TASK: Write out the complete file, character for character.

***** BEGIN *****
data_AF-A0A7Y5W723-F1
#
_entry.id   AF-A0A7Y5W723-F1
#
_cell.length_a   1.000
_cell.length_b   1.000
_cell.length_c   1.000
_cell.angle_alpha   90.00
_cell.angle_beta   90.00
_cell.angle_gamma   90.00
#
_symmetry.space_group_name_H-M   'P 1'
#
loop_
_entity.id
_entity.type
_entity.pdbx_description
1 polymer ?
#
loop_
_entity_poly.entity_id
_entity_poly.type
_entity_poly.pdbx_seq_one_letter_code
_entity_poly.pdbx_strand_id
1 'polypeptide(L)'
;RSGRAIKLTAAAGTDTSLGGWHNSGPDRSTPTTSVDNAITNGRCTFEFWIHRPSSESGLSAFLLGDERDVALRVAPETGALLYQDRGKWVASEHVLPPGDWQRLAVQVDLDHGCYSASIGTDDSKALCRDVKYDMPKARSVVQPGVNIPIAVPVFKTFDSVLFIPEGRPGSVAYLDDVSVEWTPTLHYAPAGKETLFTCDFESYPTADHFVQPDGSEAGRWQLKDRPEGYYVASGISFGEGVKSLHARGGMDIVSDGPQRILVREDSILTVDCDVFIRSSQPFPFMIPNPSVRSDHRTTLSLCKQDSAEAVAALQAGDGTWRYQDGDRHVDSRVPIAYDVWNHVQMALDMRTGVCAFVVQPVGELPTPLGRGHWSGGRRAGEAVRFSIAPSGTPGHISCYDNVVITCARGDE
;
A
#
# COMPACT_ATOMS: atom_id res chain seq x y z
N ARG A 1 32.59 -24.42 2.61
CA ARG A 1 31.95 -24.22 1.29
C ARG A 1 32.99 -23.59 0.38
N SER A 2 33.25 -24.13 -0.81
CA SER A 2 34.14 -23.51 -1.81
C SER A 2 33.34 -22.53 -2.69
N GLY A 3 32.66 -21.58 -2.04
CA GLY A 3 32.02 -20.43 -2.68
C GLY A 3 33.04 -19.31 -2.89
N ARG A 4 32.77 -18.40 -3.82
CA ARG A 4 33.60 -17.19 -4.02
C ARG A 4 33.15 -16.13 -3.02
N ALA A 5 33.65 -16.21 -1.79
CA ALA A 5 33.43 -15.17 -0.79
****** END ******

data_AF-A0A7Y5W723-F1
#
_entry.id   AF-A0A7Y5W723-F1
#
_cell.length_a   1.000
_cell.length_b   1.000
_cell.length_c   1.000
_cell.angle_alpha   90.00
_cell.angle_beta   90.00
_cell.angle_gamma   90.00
#
_symmetry.space_group_name_H-M   'P 1'
#
loop_
_entity.id
_entity.type
_entity.pdbx_description
1 polymer ?
#
loop_
_entity_poly.entity_id
_entity_poly.type
_entity_poly.pdbx_seq_one_letter_code
_entity_poly.pdbx_strand_id
1 'polypeptide(L)'
;RSGRAIKLTAAAGTDTSLGGWHNSGPDRSTPTTSVDNAITNGRCTFEFWIHRPSSESGLSAFLLGDERDVALRVAPETGALLYQDRGKWVASEHVLPPGDWQRLAVQVDLDHGCYSASIGTDDSKALCRDVKYDMPKARSVVQPGVNIPIAVPVFKTFDSVLFIPEGRPGSVAYLDDVSVEWTPTLHYAPAGKETLFTCDFESYPTADHFVQPDGSEAGRWQLKDRPEGYYVASGISFGEGVKSLHARGGMDIVSDGPQRILVREDSILTVDCDVFIRSSQPFPFMIPNPSVRSDHRTTLSLCKQDSAEAVAALQAGDGTWRYQDGDRHVDSRVPIAYDVWNHVQMALDMRTGVCAFVVQPVGELPTPLGRGHWSGGRRAGEAVRFSIAPSGTPGHISCYDNVVITCARGDE
;
A
#
# COMPACT_ATOMS: atom_id res chain seq x y z
N ARG A 1 32.59 -24.42 2.61
CA ARG A 1 31.95 -24.22 1.29
C ARG A 1 32.99 -23.59 0.38
N SER A 2 33.25 -24.13 -0.81
CA SER A 2 34.14 -23.51 -1.81
C SER A 2 33.34 -22.53 -2.69
N GLY A 3 32.66 -21.58 -2.04
CA GLY A 3 32.02 -20.43 -2.68
C GLY A 3 33.04 -19.31 -2.89
N ARG A 4 32.77 -18.40 -3.82
CA ARG A 4 33.60 -17.19 -4.02
C ARG A 4 33.15 -16.13 -3.02
N ALA A 5 33.65 -16.21 -1.79
CA ALA A 5 33.43 -15.17 -0.79